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Southern Born Killers (Napalm)
You know, for the vast majority of fans who've never seen Bonz loosening the floorboards live, it doesn't really matter that he is replaced as lead vocalist on Southern Born Killers by one "Lord Nelson." Fact is, Nelson does an awesome job, fulfilling the vision of musical GENIUS Rich Ward with aplomb (and he's 6'5"). Skeptics would say, who needs a rap metal band? But Stuck Mojo have always been so bloody excellent, that they are simply an incredible band that happens to be a rap metal band, and one with a stupid name to further hobble that benefit of the doubt. Everything you want from these guys is here, including sophisticated ear candy textures, blistering grooves built of carved-in rhythm guitars (edgy percussion and rap cadence aiding that cause), Rich's voice as sweetener, huge stadium rock melodies, and all speeds filling all needs. And as always, it's lyrically meaty, rife with hard politics, dimension, brains, thrilling construction built for headphone exploration. All of this comes to a head with closer 'Home' which is a soul-stirring example of crushing rap metal critical mass that, well... it converts unbelievers to the value of rap metal (especially when the last band standing is the best band), and then there's Rich putting together a gorgeous platinum smashy chorus straight off of his way, way under-rated record as The Duke. The drumming is cool, and bloody well, Fozzy's fleet-fingered Mike Martin is in there (greatest, most blazing-est live soloing I've ever seen)... man, it's a symphony of sounds that aren't supposed to work together - let alone apart! But put American musical treasure Rich Ward on the case, and you end up with a masterpiece.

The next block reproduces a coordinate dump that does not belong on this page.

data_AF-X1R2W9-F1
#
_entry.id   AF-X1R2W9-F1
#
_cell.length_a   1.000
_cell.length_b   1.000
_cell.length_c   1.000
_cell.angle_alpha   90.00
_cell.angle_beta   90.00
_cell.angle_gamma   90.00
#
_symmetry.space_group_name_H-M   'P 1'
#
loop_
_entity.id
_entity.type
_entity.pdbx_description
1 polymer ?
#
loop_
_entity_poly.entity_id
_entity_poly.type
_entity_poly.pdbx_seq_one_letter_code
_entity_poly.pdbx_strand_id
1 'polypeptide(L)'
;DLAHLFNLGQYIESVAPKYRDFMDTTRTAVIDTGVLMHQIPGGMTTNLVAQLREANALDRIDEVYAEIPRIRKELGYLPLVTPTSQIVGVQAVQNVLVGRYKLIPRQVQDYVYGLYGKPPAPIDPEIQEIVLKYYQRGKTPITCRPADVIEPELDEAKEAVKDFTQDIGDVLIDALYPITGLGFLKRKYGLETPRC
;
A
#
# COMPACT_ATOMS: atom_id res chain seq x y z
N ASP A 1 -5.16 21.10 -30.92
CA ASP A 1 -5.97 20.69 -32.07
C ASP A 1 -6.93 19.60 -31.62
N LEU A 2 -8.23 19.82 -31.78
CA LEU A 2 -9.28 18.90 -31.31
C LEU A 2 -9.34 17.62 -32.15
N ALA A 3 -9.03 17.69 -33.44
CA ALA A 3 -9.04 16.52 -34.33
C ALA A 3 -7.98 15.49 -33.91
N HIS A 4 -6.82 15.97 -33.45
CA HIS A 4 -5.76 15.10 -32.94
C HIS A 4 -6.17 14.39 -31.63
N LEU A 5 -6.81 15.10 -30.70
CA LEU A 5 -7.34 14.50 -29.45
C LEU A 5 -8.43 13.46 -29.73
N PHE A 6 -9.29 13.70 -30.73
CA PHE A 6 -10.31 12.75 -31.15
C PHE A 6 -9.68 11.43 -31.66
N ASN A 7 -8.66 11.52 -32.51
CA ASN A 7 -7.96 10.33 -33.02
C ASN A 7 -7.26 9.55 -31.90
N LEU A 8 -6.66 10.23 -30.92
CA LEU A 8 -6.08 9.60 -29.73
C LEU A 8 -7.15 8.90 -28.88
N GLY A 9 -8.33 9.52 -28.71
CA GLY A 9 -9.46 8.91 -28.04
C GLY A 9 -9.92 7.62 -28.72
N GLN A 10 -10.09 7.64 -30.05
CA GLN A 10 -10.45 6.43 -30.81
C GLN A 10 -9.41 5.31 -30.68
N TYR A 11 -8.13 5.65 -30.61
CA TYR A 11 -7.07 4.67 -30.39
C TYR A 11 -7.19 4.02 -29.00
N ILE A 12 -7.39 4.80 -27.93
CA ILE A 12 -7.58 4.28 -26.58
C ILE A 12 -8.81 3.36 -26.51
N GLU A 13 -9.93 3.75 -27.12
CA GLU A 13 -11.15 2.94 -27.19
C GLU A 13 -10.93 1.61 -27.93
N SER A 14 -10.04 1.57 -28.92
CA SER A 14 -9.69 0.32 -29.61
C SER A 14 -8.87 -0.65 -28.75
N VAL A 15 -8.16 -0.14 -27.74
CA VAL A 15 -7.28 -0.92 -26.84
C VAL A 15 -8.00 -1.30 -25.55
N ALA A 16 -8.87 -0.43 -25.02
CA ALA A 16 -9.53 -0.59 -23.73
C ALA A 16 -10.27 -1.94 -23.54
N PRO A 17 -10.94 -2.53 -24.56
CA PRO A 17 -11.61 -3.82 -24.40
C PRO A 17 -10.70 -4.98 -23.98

First Strike Still Deadly (Prosthetic)
Prosthetic have reissued Demonic, The Gathering, and now this one, just in time to coincide with the band's long-awaited and already effusively regarded new album, The Formation Of Damnation. First Strike Still Deadly was first issued in '01 on Spitfire, and is a full-on re-recording of the band's early thinking man's thrash hits. It was actually fairly well received at the time, and for sure, it's cool to have modern punchy production values applied to these songs, the result almost Megadeth-like in clarity and warmth, at least up the the Rust In Peace era if not beyond (certainly at the drum end of things). Added bonus comes in the fact that original vocalist Steve Sousa - with the guys as Legacy, but known more for his work with Exodus - is on board for the two closing numbers, 'Alone In The Dark' and 'Reign Of Terror', adding a bit of strangely punk-rocked David Wayne whine to the Chuck Billy's elsewhere hungry man growl. Same 11 tracks as on the Spitfire original, but new and better cover art, plus the lyrics are easier to read.
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